final stanza, satisfyingly restored on Centigrade 232.  It's actually a very typical Robert Calvert poem with
its motifs of the macroscopic projected into domestic mundanity, but I see I am starting to stray into lit.crit.
again...

So overall then, this collection has a split personality as befits the dual format: simultaneously unsatisfying
and essential.  Perhaps it was a clever move to release this in such a limited quantity, since it's necessarily
competing with the other Calvert titles that have recently been released and are forthcoming.  And while it is
difficult to fully appreciate these works within the format in which they have been presented, I am
nonetheless pleased to possess a copy and like that it is one of only five hundred that there will ever be.
Fast forward five years to March 2012, and behold!  A third edition is here.  Unlike Voiceprint's, this has no
CD -it's just a book- and although there are some initial visual similarities between it and Voiceprint's edition,
the differences are the more significant.

But those similarities first.  I was surprised to see that the cover has the same image as the 2007 Voiceprint
edition's, although it's provided in a larger format: approximately 6" x 9".  This even has some of the same
interior graphics, and slightly disappointingly, a "booklet-y" feel to it.  Never having seen a first edition, my
suspicion is that it too was somewhat low-budget.  Perhaps it's unrealistic to hope for a hardback
leather-bound weighty tome that would properly express the literary value of the contents.

As with the second edition, the original introduction and dedicatory prose are reproduced.  There is also,
right at the end, a page of notes providing background information.  This new edition has been published by
Gonzo Media Group, and Hawkwind fan Graham Inglis was instrumental in its' appearance, not that he is
identified in the credits.  Further digging reveals that Gonzo and Voiceprint are in fact the same outfit, more
or less, which explains why the new edition looks so similar to the previous one: they probably reused the
same printing plates etc..  However, Voiceprint's 2007 edition was a limited run of 500 copies, and the new
one is no such thing, and will hopefully remain in print for ever.  (Well, long enough to sell plenty more than
500 copies.)

The book thematically groups Calvert's poems into several chapters, which are The First Landing On
Medusa (sci-fi); Buster Keaton and the Virgin Sperm Dancer (interpersonal) ; The Urban Mountaineer
(suburbia); Ragworm in a Rock Pool (naturalistic); and The Red Baron Regrets (biographical).  The editor or
editors have shown a sure touch in the adroit selection of poems into each of these chapters.  However,
perhaps something has been lost in so doing: one of the pleasures of reading Calvert's poems lies in the
contrast of themes from one work to another.  However, the naturalistic motifs certainly recur throughout
these poems, in whichever chapter they have been placed.  Those grouped together under the 'Ragworm in a
Rock Pool' heading are more specifically to do with the shoreline, to be littoral about it.  However, this is not
something new in the 3rd edition - the Voiceprint version also observed the same grouping and chapter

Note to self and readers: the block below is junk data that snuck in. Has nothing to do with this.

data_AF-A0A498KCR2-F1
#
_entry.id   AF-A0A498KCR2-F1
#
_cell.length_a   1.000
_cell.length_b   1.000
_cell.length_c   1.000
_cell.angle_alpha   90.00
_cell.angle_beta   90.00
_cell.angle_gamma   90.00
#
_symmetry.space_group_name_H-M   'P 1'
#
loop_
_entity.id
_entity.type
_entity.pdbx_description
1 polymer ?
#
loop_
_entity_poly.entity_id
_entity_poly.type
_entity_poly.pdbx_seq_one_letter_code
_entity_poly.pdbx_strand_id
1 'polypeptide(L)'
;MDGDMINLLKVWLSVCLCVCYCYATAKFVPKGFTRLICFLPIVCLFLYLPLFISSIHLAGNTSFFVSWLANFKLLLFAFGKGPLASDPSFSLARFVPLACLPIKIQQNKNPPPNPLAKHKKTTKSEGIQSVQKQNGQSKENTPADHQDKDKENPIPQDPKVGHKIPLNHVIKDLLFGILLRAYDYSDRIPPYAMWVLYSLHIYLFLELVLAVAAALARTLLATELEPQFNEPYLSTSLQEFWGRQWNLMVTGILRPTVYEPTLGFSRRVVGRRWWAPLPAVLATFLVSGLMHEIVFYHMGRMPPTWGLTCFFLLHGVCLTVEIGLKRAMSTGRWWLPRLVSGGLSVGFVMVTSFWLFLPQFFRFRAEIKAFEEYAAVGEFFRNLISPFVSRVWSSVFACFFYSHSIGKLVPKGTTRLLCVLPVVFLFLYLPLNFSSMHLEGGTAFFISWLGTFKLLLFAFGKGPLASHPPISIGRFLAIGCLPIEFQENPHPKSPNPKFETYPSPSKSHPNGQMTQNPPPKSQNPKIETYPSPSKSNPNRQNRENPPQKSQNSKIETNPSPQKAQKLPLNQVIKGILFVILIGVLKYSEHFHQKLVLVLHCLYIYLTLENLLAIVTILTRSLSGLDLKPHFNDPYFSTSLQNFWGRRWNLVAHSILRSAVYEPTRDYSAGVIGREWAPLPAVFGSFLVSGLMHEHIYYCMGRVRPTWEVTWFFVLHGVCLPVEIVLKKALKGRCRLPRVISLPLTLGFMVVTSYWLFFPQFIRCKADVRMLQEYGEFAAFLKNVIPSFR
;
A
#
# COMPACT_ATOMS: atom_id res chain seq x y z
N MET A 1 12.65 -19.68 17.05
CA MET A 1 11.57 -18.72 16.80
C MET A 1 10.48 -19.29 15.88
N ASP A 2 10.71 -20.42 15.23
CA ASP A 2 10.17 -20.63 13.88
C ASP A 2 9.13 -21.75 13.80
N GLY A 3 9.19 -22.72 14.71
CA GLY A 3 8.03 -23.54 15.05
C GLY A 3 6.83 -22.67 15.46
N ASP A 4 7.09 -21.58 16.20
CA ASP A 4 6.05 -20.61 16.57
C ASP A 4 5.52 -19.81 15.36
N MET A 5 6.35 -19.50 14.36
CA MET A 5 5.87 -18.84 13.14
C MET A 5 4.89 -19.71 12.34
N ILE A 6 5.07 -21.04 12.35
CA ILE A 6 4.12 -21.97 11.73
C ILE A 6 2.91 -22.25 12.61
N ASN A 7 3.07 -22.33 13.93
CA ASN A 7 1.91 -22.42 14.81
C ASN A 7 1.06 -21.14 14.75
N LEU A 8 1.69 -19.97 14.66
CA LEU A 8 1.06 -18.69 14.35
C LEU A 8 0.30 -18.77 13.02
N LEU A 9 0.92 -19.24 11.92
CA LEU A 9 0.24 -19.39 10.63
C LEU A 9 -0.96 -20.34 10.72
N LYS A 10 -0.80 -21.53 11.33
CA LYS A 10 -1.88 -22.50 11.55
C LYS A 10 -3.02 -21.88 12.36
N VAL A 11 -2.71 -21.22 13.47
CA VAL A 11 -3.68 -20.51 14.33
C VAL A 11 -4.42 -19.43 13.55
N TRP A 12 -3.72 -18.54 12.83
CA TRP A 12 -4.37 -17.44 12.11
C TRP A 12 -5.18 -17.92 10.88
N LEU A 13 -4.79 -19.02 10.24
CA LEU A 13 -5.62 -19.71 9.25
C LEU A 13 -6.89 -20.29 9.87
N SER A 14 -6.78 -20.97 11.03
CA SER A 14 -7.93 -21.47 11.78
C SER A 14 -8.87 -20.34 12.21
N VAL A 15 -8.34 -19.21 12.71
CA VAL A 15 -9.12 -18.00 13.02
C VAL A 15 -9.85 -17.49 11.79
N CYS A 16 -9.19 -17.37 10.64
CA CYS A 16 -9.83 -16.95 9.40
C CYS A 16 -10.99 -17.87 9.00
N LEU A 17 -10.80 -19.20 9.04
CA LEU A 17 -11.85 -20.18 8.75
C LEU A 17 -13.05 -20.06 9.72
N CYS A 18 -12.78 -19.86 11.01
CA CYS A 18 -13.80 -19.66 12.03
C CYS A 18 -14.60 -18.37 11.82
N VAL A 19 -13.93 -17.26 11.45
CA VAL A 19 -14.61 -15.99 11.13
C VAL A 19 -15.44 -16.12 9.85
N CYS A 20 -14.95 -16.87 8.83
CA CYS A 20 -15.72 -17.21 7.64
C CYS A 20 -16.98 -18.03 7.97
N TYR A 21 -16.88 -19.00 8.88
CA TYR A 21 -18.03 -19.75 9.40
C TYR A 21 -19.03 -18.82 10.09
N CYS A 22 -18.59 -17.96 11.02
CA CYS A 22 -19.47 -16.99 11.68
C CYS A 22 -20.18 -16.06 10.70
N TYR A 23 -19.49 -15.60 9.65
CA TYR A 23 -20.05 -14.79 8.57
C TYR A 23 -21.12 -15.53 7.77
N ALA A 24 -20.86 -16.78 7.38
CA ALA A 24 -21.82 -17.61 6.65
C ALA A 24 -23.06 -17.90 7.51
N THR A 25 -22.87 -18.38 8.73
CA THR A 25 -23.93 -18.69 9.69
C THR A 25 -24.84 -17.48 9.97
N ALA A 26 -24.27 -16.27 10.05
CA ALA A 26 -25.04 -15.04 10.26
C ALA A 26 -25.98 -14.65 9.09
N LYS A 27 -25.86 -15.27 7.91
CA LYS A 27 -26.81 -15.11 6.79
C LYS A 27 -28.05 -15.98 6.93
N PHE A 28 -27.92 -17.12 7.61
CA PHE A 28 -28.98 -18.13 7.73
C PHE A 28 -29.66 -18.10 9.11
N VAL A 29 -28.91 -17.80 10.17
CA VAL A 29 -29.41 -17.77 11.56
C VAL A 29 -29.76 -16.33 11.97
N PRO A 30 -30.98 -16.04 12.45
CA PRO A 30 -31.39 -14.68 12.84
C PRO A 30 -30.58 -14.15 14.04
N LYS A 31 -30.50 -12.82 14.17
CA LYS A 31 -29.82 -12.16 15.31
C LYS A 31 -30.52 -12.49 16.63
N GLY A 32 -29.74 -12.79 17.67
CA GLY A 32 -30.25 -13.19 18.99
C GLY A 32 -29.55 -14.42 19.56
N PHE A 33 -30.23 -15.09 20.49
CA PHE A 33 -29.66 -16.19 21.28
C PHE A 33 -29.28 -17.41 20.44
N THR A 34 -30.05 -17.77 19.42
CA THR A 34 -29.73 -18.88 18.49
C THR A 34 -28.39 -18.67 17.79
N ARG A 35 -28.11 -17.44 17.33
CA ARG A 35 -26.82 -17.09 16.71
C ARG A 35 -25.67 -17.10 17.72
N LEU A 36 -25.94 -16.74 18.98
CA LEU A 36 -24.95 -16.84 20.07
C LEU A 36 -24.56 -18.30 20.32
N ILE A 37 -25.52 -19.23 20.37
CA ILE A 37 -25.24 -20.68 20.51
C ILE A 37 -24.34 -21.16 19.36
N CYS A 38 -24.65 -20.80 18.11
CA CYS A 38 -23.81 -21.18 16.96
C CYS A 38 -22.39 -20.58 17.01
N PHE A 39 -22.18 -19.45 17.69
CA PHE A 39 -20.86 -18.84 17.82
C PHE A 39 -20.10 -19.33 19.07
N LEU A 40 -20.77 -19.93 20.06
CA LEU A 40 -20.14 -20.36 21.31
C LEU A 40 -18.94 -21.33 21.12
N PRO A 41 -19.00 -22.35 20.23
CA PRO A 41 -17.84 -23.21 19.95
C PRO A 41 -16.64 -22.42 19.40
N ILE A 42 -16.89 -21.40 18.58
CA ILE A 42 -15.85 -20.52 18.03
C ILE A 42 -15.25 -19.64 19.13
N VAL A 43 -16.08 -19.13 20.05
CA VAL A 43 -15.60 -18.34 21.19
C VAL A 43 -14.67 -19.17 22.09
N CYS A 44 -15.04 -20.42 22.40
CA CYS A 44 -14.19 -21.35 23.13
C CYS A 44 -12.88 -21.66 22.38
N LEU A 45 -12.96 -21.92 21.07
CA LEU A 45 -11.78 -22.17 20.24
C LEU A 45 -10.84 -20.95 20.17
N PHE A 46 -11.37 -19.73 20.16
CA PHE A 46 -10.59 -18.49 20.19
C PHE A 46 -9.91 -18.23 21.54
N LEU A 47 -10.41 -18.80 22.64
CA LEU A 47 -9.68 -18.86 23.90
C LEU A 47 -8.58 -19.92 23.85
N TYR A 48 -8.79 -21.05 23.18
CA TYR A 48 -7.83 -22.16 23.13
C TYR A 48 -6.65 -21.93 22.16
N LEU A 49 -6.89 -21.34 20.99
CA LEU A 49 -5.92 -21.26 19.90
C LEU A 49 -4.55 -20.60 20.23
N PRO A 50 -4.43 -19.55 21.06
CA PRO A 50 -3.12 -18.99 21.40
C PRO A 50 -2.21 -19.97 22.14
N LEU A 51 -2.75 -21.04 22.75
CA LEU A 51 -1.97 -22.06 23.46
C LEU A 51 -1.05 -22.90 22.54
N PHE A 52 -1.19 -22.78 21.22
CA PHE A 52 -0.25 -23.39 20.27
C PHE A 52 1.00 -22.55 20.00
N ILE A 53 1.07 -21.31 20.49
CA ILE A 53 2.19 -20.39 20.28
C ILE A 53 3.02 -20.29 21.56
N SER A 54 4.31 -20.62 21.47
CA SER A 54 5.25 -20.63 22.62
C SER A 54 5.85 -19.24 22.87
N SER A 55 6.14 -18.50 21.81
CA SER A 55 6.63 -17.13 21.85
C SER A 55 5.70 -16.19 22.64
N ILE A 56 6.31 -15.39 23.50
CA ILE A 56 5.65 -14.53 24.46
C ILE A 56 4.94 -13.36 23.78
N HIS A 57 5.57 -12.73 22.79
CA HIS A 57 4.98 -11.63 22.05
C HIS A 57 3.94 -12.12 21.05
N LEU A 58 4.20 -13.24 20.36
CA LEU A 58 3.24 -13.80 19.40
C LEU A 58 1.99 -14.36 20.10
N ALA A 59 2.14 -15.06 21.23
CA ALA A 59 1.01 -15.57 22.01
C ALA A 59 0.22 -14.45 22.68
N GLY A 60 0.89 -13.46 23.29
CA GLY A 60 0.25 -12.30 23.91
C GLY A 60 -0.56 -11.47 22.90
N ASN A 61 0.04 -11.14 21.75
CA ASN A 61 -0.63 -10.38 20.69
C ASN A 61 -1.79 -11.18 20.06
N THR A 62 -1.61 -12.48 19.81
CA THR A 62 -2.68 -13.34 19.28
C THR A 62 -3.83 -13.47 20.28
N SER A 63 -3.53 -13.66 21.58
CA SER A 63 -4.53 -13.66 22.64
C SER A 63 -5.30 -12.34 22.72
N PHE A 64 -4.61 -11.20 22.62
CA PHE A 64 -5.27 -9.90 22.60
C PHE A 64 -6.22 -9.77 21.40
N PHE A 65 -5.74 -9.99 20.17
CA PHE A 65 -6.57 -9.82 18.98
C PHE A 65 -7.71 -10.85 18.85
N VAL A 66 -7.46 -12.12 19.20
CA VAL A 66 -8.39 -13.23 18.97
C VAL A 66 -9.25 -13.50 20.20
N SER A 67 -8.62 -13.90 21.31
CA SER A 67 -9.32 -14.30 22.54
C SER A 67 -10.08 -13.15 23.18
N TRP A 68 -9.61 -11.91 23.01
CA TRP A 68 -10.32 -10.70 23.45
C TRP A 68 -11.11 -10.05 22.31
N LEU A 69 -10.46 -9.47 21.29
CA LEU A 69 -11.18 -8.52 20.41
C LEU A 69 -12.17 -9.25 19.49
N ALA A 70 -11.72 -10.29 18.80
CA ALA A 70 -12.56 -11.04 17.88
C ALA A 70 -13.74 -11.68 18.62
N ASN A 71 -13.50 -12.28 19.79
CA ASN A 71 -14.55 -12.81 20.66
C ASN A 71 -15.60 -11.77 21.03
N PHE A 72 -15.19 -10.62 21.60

titles.  So it probably originated in the first edition, back in 1977.

Calvert's frustration at being better known as Hawkwind's frontman than for his writing is well known.  A
quarter of a century after he died, there's little indication of that having changed.  Although, given the relative
paucity of his output and his tendency to write shorter pieces, the best that can probably be hoped for is that
he would be remembered as a "minor poet". And this is where the third edition scores, by remedying the
glaring defect of the second: each poem has been typeset to a single page, preserving the integrity of each
individual piece.  (Some of these works extend to a second page, but the point is they're not all run together,
pell-mell and breathless as in Voiceprint's 2007 edition.)

The typesetting is not perfect, though it is much improved from the second edition.  In that, I complained
about the line "One man stored from the trauma of this birth", in First Landing On Medusa, saying it should
be "stirred from".  In the new edition, it's "One man stared from the trauma of this birth", which makes no
more sense than "stored" did.  On page 73, the title text for The Red Baron Regrets is not boldfaced, as all
the other poem's titles are, and the final work's title is rendered as "the legend of ezra pound", that is, all in
lower case.  Every other piece here is titled in capitals.  The layout is also slightly skewiff on "John Keats At
Margate", with the final line of some of the stanzas having become detached, and abutting up against the
numbering of the next.  By looking at the 2nd and 3rd editions side-by-side, I can see that the problem
originated in the 2nd edition (as did the lower-case titling of "the legend of ezra pound") and was not
corrected in the 3rd edition.  Indeed, it has been exacerbated, if this matters.  It's a pretty minor point, but
surely the whole point of the 3rd edition was to alleviate the layout issues of the 2nd.  (And to make it
available beyond the limited run of 500.)

For the most part, though, the 3rd edition does succeed in fixing the least appreciated aspect of the 2nd, by
having each poem start on a new page.  In the 2007 review, I mentioned this having spoiled the shortest
work here, Insomnia (three lines of text).  It has so much more impact given the way it is presented in this
new edition.  And the wider availability is excellent, perhaps affording Calvert the best chance at the
recognition that he sought, nearly twenty-five years after his passing.  Good job all round.